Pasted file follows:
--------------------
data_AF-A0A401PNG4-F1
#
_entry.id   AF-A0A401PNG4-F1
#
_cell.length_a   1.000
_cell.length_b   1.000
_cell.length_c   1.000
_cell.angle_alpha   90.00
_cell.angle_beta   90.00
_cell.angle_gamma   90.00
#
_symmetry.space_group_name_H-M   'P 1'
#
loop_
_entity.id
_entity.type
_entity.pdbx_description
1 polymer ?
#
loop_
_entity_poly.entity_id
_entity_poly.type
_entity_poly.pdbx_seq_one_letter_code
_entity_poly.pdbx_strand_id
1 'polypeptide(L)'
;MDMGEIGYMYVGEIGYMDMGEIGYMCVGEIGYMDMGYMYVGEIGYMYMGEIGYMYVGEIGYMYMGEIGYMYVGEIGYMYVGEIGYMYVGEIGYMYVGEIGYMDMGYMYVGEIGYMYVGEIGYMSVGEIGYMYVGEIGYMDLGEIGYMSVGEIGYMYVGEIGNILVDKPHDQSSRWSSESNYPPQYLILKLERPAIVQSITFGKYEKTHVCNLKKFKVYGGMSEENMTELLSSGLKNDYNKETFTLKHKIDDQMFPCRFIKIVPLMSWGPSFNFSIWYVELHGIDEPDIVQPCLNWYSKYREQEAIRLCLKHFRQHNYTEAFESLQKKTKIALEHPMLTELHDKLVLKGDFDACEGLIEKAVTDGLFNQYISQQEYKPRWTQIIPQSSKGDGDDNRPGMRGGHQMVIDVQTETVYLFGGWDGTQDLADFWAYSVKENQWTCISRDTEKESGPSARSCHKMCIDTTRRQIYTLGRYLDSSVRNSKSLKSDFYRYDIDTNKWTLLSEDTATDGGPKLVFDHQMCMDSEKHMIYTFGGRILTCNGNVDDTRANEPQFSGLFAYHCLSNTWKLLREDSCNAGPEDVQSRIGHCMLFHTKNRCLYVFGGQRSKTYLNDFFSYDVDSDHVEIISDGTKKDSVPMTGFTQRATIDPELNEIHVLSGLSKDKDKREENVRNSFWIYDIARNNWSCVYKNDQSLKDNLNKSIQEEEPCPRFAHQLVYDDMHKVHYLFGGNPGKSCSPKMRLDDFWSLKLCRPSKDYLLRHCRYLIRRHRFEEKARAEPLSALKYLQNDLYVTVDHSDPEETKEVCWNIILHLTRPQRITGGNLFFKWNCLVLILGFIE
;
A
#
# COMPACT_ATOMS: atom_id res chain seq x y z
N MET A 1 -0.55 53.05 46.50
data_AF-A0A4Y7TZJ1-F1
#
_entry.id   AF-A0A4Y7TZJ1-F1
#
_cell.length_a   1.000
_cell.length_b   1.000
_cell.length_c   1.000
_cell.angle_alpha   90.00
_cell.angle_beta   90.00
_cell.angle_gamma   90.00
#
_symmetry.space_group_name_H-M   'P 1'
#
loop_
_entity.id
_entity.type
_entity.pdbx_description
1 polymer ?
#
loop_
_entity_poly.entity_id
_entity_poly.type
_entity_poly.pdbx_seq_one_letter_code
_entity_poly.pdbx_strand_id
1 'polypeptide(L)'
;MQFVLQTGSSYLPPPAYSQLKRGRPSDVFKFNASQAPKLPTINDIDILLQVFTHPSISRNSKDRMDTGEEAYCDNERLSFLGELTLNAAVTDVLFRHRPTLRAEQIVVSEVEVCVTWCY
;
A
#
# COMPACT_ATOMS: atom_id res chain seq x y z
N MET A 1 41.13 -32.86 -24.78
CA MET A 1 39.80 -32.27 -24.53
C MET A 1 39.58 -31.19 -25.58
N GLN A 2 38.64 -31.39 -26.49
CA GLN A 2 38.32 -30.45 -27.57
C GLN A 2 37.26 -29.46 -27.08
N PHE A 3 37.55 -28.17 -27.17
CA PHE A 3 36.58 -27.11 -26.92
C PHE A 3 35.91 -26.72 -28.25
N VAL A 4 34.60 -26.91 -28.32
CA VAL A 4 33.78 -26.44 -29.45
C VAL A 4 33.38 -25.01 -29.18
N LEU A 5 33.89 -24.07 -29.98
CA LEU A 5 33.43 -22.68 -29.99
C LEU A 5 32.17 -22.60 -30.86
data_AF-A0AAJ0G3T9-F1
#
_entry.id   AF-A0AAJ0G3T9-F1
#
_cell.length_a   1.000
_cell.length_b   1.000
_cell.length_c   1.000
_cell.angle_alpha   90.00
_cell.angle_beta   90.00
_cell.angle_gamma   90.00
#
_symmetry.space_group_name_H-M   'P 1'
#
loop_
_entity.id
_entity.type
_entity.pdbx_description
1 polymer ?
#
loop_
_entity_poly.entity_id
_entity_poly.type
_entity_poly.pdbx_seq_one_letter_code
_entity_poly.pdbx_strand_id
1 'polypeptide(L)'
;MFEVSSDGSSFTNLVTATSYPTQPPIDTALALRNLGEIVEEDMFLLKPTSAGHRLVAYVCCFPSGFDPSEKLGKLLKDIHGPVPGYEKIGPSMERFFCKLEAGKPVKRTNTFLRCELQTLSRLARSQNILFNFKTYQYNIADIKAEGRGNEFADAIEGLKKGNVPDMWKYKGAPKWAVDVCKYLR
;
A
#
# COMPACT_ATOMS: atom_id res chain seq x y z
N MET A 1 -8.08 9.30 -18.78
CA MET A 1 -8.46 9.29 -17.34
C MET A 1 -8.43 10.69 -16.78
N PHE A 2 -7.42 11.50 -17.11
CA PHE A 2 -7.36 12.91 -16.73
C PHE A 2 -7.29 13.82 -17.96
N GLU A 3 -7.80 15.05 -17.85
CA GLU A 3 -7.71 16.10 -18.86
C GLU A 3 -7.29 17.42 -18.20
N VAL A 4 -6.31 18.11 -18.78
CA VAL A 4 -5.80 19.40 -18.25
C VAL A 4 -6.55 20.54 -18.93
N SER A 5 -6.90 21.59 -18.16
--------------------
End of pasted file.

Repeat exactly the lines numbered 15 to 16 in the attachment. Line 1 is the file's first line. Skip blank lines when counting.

_entity.id
_entity.type